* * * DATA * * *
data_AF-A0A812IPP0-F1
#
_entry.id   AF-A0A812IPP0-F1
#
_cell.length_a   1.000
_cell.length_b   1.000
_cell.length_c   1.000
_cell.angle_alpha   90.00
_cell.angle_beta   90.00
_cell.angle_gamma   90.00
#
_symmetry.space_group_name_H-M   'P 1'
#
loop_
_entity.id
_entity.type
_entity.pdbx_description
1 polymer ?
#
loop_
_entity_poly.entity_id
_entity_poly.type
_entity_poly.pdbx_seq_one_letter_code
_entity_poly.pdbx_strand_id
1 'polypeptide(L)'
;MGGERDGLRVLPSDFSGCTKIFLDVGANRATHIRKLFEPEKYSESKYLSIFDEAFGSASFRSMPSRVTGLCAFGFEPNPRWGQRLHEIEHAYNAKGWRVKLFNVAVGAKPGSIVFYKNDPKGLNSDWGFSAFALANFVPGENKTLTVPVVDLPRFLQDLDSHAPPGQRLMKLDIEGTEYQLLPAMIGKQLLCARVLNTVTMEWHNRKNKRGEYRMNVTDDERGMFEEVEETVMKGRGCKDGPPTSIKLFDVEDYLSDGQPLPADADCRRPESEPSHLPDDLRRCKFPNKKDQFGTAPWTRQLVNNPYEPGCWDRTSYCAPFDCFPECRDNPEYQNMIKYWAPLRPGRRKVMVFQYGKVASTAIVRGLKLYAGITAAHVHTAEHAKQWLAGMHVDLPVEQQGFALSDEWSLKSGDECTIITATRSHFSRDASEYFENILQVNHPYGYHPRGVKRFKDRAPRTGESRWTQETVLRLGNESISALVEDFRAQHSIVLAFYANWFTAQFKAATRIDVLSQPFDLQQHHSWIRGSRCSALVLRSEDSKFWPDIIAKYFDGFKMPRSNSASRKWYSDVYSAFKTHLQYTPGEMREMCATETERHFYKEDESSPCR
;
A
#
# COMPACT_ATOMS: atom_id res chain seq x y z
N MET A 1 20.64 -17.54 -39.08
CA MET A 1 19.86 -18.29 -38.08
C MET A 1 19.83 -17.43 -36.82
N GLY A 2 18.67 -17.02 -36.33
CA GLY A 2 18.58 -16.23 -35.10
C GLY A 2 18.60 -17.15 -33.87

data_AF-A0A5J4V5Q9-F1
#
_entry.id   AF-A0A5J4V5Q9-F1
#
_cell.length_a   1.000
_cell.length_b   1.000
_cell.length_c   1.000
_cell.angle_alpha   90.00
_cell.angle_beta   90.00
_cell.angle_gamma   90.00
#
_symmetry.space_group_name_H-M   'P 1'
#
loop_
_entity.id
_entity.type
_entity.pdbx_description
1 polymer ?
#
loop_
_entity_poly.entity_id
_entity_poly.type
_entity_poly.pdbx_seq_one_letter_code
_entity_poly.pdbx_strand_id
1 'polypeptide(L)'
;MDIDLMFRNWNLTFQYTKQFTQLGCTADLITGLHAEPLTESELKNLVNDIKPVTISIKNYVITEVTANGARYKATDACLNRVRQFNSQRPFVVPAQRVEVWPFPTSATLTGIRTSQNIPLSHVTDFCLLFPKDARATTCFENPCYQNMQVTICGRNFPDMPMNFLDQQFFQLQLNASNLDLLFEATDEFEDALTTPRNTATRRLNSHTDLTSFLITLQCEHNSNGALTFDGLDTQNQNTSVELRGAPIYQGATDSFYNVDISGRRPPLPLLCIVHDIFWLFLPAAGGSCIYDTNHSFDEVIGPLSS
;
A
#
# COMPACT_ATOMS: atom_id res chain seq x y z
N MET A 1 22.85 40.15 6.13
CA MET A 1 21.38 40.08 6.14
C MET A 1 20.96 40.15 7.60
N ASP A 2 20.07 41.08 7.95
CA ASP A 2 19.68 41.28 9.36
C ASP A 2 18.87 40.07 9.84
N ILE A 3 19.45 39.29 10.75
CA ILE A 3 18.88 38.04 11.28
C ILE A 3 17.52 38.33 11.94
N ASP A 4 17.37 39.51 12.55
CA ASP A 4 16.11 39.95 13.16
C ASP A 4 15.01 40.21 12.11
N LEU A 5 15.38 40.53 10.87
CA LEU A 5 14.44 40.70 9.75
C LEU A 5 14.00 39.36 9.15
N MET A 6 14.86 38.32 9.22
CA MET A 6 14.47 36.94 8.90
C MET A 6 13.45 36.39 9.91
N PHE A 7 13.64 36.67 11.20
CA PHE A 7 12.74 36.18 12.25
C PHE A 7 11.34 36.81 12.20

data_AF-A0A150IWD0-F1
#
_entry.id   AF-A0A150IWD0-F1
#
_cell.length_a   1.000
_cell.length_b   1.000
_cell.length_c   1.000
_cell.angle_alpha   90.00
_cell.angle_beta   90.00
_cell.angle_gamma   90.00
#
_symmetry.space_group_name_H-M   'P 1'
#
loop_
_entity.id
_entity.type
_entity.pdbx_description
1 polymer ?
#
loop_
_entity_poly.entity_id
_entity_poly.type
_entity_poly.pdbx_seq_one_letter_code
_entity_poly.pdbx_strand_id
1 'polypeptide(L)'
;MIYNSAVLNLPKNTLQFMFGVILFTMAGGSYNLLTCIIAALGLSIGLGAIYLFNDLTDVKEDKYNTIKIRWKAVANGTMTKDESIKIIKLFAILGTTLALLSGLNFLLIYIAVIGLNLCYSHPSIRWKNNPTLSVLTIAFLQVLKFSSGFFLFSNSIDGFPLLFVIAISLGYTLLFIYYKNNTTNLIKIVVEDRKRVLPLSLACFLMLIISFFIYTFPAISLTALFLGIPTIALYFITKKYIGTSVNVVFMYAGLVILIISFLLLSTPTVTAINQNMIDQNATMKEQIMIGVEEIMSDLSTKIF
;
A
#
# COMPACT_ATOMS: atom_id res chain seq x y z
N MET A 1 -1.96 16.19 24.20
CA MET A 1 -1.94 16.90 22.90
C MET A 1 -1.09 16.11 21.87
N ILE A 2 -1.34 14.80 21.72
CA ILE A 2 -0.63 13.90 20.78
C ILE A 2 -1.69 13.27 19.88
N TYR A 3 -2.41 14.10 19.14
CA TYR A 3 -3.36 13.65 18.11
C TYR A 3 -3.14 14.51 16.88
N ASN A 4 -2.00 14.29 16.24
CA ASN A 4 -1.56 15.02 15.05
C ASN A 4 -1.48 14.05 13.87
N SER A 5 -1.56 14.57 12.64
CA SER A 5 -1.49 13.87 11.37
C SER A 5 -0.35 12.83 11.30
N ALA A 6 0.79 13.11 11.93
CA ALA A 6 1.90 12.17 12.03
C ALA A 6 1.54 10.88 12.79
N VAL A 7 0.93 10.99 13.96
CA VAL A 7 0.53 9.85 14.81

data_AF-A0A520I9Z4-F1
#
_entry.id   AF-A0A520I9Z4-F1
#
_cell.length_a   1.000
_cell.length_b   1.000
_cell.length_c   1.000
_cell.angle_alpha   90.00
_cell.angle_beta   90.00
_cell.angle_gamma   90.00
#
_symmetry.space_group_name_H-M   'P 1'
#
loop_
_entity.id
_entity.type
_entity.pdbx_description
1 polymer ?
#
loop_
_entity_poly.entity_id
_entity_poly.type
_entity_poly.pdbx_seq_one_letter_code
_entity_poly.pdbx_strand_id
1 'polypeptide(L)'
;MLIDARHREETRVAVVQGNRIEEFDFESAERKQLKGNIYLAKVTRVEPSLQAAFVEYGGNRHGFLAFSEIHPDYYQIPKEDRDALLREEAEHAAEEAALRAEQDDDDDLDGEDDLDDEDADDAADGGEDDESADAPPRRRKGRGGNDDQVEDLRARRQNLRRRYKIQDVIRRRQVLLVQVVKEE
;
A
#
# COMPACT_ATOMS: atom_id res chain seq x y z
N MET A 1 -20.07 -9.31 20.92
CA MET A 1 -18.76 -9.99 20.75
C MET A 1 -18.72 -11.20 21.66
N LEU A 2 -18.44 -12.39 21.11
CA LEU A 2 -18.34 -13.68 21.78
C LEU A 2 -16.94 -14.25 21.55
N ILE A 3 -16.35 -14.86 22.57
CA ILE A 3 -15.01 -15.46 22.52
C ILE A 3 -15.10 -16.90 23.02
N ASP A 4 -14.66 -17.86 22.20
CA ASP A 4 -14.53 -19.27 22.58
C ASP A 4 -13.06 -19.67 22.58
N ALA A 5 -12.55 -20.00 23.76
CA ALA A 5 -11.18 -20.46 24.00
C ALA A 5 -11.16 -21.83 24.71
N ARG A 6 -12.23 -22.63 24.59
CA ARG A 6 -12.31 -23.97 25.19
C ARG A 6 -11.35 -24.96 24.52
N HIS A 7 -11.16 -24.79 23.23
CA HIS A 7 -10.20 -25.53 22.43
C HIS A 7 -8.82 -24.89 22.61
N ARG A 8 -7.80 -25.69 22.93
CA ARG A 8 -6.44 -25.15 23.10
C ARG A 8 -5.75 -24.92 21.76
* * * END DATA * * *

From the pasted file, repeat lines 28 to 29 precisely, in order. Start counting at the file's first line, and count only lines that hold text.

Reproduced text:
A
#